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Environment: Feds face lawsuit over tamarisk-killing beetle

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Southwestern willow flycatcher. Photo courtesy USFWS.

Non-native bugs threatening habitat for endangered songbirds

By Summit Voice

FRISCO — Conservation advocates say non-native tamarisk-eating bugs have gone haywire, destroying habitat needed by endangered southwestern willow flycatchers, native songbirds that need thick riparian vegetation to survive.

The exotic beetles were imported from Asia to destroy invasive tamarisk plants seen as a threat to water resources, but now the bugs have invaded the nesting areas of southwestern willow flycatchers in southern Utah, Nevada, and northern and western Arizona. If the beetle spreads farther without mitigation, it could seriously threaten the flycatcher’s survival, according to Dr. Robin Silver, with the Center for Biological Diversity. 

Efforts to eradicate tamarisk are costly and labor-intensive, and some recent research by the U.S. Geological Survey indicates that exotics (including Russian Olive) use about the same amount of water as native willows and cottonwoods.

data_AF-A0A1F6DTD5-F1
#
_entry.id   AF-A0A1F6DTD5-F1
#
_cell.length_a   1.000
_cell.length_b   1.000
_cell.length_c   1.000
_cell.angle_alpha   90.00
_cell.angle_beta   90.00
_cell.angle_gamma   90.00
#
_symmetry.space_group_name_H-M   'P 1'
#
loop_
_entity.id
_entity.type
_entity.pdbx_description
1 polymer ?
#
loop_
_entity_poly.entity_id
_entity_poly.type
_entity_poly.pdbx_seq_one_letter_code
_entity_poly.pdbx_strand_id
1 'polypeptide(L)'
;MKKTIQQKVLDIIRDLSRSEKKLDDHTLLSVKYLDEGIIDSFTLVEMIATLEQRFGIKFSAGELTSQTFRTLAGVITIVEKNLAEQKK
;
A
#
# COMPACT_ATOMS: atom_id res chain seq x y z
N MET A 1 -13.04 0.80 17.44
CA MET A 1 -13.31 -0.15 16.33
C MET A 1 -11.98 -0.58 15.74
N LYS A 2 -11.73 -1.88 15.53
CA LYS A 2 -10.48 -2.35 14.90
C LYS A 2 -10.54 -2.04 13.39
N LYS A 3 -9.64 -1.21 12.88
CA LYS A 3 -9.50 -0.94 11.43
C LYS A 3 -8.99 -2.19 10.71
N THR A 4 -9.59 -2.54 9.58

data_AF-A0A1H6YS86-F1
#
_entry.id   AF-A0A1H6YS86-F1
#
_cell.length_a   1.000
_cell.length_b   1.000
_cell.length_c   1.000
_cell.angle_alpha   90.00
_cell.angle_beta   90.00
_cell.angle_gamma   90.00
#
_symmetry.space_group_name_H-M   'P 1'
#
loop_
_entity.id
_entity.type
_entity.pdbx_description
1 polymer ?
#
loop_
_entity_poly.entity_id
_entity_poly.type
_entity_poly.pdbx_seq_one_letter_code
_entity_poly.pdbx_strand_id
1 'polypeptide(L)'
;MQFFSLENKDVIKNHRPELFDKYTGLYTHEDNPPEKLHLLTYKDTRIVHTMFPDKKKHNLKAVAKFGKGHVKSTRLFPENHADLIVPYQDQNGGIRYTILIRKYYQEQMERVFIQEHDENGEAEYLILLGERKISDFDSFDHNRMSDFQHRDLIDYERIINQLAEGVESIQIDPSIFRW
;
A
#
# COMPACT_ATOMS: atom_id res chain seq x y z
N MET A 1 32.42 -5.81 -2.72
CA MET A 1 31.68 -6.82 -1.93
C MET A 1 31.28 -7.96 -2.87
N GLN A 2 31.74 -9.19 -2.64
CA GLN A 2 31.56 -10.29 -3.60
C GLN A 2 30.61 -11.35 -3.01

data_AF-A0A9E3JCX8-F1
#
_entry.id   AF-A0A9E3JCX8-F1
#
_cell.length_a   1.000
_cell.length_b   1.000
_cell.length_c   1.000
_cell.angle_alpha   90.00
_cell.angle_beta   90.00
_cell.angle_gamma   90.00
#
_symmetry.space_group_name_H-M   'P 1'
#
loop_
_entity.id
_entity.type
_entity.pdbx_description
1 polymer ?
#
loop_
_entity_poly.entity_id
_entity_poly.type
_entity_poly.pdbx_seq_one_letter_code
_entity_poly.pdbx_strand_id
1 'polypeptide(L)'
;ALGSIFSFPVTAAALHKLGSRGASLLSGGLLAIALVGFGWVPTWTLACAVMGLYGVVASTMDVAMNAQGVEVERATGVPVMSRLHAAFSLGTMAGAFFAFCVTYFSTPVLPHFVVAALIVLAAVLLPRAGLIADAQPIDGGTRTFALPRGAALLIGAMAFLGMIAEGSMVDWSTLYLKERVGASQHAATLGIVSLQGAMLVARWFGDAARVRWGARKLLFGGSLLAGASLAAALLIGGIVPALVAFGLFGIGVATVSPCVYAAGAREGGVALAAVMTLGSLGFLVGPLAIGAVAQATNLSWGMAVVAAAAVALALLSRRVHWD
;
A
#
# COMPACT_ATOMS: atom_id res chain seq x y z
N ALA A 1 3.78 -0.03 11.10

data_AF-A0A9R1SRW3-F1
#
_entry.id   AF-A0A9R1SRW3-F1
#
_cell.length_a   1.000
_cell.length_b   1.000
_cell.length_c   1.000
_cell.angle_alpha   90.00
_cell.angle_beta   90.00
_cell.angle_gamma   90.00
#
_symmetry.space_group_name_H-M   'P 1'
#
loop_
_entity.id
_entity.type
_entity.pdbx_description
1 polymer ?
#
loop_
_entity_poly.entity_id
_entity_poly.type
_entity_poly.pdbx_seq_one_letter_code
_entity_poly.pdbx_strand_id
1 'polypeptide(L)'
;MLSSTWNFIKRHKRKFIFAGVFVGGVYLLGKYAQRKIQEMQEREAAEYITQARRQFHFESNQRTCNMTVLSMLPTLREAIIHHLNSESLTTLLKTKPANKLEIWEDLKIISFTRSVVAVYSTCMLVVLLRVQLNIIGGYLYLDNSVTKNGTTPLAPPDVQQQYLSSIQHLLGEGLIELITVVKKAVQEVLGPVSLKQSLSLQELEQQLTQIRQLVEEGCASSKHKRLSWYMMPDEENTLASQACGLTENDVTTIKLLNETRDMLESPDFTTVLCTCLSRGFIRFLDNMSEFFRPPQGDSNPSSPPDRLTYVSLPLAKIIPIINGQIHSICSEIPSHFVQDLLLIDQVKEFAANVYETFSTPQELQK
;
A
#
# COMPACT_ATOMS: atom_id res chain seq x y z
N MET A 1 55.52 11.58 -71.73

In June 2010, the U.S. Department of Agriculture temporarily restricted release of the insects based on concerns about impacts to flycatcher habitat. The decision is outlined in this USDA memo. Continue reading

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Water: Utah’s Virgin River placed on ‘most-threatened’ list

The West’s rivers are under pressure from unsustainable water development and use. Photo courtesy National Park Service/Amy Gaiennie.

Unsustainable water use threatens river ecosystems

By Summit Voice

FRISCO — Many of the West’s rivers are facing unrelenting pressure from unsustainable water use. Some have already been pushed near the brink, including the iconic Virgin River in Southern Utah, recently named as one of ecosystems most at risk from water development in a recent report from the Endangered Species Coalition.

“The problem is pretty simple: People aren’t leaving enough water in the Virgin River, and so the endangered fish that depend on that water are struggling to survive,” said Tierra Curry, a biologist at the Center for Biological Diversity. “The situation in the Virgin is so dire that the woundfin went extinct in the wild. This report is a wake-up call that we have got to do a better job caring for our freshwater environment.” Continue reading

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